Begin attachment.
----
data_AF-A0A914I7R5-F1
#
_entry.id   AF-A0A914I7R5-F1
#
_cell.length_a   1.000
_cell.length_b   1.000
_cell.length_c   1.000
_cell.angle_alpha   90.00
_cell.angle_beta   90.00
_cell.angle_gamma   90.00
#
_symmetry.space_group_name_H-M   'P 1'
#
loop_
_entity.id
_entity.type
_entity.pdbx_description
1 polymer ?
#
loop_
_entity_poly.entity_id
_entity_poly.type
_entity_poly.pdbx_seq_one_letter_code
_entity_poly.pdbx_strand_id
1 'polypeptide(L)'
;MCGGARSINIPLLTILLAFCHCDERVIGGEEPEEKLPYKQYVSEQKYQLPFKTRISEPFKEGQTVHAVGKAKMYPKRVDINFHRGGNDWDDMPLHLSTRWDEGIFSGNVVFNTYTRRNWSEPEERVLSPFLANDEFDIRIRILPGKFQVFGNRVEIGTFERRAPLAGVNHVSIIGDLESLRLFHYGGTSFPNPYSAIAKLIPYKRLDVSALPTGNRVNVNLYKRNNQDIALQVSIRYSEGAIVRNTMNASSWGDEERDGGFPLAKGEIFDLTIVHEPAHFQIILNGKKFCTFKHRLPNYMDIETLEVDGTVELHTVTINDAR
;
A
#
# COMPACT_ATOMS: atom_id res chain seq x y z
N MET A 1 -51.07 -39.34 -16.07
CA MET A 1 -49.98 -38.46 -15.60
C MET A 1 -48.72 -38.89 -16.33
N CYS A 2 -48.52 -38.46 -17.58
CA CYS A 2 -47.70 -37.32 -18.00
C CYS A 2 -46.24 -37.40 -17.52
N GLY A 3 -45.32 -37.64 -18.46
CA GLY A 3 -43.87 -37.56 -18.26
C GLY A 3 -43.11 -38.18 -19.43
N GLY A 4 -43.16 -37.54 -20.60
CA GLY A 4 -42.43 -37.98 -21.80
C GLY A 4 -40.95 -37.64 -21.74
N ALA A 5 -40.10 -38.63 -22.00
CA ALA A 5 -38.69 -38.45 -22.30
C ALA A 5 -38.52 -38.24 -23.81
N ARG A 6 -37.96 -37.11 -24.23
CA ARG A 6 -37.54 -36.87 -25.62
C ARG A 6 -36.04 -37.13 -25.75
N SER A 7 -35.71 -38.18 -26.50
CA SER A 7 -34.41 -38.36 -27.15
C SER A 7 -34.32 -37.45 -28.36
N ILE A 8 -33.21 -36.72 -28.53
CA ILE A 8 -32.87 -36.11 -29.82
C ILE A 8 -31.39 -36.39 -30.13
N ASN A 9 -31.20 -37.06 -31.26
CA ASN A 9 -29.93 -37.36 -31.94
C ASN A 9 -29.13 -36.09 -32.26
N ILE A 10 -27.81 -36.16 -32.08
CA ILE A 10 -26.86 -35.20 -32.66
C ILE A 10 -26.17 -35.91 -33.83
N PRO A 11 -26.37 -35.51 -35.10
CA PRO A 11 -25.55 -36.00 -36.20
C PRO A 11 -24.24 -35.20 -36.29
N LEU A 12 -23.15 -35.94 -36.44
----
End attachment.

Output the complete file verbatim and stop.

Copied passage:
data_AF-A0A914I7R5-F1
#
_entry.id   AF-A0A914I7R5-F1
#
_cell.length_a   1.000
_cell.length_b   1.000
_cell.length_c   1.000
_cell.angle_alpha   90.00
_cell.angle_beta   90.00
_cell.angle_gamma   90.00
#
_symmetry.space_group_name_H-M   'P 1'
#
loop_
_entity.id
_entity.type
_entity.pdbx_description
1 polymer ?
#
loop_
_entity_poly.entity_id
_entity_poly.type
_entity_poly.pdbx_seq_one_letter_code
_entity_poly.pdbx_strand_id
1 'polypeptide(L)'
;MCGGARSINIPLLTILLAFCHCDERVIGGEEPEEKLPYKQYVSEQKYQLPFKTRISEPFKEGQTVHAVGKAKMYPKRVDINFHRGGNDWDDMPLHLSTRWDEGIFSGNVVFNTYTRRNWSEPEERVLSPFLANDEFDIRIRILPGKFQVFGNRVEIGTFERRAPLAGVNHVSIIGDLESLRLFHYGGTSFPNPYSAIAKLIPYKRLDVSALPTGNRVNVNLYKRNNQDIALQVSIRYSEGAIVRNTMNASSWGDEERDGGFPLAKGEIFDLTIVHEPAHFQIILNGKKFCTFKHRLPNYMDIETLEVDGTVELHTVTINDAR
;
A
#
# COMPACT_ATOMS: atom_id res chain seq x y z
N MET A 1 -51.07 -39.34 -16.07
CA MET A 1 -49.98 -38.46 -15.60
C MET A 1 -48.72 -38.89 -16.33
N CYS A 2 -48.52 -38.46 -17.58
CA CYS A 2 -47.70 -37.32 -18.00
C CYS A 2 -46.24 -37.40 -17.52
N GLY A 3 -45.32 -37.64 -18.46
CA GLY A 3 -43.87 -37.56 -18.26
C GLY A 3 -43.11 -38.18 -19.43
N GLY A 4 -43.16 -37.54 -20.60
CA GLY A 4 -42.43 -37.98 -21.80
C GLY A 4 -40.95 -37.64 -21.74
N ALA A 5 -40.10 -38.63 -22.00
CA ALA A 5 -38.69 -38.45 -22.30
C ALA A 5 -38.52 -38.24 -23.81
N ARG A 6 -37.96 -37.11 -24.23
CA ARG A 6 -37.54 -36.87 -25.62
C ARG A 6 -36.04 -37.13 -25.75
N SER A 7 -35.71 -38.18 -26.50
CA SER A 7 -34.41 -38.36 -27.15
C SER A 7 -34.32 -37.45 -28.36
N ILE A 8 -33.21 -36.72 -28.53
CA ILE A 8 -32.87 -36.11 -29.82
C ILE A 8 -31.39 -36.39 -30.13
N ASN A 9 -31.20 -37.06 -31.26
CA ASN A 9 -29.93 -37.36 -31.94
C ASN A 9 -29.13 -36.09 -32.26
N ILE A 10 -27.81 -36.16 -32.08
CA ILE A 10 -26.86 -35.20 -32.66
C ILE A 10 -26.17 -35.91 -33.83
N PRO A 11 -26.37 -35.51 -35.10
CA PRO A 11 -25.55 -36.00 -36.20
C PRO A 11 -24.24 -35.20 -36.29
N LEU A 12 -23.15 -35.94 -36.44